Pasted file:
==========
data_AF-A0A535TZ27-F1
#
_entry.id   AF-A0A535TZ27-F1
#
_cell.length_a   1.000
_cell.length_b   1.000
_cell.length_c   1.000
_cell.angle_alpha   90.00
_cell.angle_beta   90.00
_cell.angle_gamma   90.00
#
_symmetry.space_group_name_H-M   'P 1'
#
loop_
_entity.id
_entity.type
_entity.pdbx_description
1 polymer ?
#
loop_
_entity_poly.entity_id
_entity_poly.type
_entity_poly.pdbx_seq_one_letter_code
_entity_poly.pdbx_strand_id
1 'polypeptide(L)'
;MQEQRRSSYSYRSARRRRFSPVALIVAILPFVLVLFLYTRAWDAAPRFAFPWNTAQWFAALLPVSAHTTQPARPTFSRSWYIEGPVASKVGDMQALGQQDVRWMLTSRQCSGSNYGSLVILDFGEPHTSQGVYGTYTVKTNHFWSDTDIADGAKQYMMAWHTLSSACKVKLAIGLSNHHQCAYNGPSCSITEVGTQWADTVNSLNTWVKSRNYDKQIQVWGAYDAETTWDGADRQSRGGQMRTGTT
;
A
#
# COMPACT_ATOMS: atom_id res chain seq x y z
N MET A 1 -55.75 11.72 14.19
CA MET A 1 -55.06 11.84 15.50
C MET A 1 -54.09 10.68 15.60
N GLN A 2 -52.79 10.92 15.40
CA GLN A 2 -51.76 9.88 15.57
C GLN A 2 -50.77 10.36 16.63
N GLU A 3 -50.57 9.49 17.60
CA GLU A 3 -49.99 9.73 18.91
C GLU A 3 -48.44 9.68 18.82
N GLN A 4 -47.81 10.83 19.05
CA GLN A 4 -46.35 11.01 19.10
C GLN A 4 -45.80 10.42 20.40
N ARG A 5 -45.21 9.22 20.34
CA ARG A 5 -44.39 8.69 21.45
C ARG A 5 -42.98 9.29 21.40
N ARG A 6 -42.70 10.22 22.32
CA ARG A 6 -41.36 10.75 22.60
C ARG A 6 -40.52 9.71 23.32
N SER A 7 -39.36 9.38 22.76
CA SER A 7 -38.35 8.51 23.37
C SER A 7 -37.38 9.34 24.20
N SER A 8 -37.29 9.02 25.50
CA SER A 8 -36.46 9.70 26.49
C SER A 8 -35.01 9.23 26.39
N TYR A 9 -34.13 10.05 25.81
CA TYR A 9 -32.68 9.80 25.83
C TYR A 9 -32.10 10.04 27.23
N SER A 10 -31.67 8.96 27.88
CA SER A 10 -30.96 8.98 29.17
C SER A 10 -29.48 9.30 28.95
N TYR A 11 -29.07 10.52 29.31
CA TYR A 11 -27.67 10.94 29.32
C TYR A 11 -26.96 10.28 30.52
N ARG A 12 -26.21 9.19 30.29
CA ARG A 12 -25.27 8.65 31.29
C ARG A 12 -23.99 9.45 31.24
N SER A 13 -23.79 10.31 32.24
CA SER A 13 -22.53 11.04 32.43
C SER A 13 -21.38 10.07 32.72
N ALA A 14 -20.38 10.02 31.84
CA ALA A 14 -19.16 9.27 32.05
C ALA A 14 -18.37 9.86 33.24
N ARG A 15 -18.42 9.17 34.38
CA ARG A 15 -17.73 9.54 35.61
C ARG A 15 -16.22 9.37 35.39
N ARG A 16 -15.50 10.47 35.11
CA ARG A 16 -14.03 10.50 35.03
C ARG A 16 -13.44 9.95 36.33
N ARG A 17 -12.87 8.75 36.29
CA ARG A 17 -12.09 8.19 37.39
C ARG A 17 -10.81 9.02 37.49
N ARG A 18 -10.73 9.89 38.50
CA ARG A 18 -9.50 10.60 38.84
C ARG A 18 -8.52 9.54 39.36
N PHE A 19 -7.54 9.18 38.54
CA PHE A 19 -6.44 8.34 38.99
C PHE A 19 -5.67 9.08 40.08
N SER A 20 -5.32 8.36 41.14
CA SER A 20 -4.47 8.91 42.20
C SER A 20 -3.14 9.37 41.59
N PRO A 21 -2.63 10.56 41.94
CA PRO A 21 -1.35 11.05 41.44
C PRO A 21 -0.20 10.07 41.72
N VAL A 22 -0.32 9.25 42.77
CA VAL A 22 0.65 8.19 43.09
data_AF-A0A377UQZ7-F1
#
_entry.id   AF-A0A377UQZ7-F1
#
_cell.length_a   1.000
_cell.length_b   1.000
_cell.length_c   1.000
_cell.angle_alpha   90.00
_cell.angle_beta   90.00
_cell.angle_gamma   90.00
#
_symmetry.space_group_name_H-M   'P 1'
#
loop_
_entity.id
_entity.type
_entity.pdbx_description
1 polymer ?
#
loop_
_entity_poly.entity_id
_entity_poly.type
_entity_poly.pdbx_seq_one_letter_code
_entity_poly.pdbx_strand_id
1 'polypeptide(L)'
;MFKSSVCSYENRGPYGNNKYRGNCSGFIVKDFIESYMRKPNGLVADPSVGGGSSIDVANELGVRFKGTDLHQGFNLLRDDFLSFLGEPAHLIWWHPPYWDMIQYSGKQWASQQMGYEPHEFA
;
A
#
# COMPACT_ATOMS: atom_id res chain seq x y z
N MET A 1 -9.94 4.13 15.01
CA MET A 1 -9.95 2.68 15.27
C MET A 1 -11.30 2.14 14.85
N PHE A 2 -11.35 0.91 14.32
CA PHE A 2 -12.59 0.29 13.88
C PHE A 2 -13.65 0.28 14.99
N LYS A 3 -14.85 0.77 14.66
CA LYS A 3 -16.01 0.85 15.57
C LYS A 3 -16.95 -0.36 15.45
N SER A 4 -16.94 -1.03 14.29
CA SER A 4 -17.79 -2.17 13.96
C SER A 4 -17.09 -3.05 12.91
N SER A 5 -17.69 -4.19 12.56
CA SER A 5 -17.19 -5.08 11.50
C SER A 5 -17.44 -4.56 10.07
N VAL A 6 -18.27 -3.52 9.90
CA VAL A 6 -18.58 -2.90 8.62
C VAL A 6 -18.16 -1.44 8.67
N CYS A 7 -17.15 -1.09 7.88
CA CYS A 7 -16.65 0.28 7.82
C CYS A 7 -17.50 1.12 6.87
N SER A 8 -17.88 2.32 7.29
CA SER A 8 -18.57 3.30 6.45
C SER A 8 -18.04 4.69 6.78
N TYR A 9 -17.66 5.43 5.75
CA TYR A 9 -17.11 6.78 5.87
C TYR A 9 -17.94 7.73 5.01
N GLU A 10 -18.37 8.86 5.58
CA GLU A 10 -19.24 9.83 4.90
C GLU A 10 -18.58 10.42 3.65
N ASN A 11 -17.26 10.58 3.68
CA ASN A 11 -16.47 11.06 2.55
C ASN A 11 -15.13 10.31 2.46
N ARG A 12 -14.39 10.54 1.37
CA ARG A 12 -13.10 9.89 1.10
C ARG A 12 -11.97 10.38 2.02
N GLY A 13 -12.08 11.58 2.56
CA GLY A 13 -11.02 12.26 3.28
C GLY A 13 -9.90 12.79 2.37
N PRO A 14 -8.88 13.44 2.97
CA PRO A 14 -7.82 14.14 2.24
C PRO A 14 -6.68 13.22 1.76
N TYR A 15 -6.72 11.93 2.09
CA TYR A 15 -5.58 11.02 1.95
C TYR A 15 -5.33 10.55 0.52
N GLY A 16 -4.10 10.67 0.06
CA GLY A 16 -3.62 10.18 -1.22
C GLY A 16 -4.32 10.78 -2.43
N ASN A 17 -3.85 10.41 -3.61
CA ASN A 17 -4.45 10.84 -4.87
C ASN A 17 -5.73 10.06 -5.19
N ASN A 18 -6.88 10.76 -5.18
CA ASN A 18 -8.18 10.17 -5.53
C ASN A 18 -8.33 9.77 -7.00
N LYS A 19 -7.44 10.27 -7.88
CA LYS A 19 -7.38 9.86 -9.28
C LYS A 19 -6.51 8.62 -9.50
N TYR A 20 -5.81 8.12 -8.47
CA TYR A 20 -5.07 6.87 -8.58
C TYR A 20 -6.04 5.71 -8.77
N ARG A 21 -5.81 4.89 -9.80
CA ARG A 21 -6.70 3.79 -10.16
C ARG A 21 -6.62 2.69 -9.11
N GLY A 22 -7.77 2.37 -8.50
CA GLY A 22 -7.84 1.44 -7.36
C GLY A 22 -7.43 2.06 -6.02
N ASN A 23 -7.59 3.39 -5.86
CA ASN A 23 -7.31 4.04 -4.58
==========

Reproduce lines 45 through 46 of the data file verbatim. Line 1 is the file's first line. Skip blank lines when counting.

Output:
C ARG A 5 -42.98 9.29 21.40
N ARG A 6 -42.70 10.22 22.32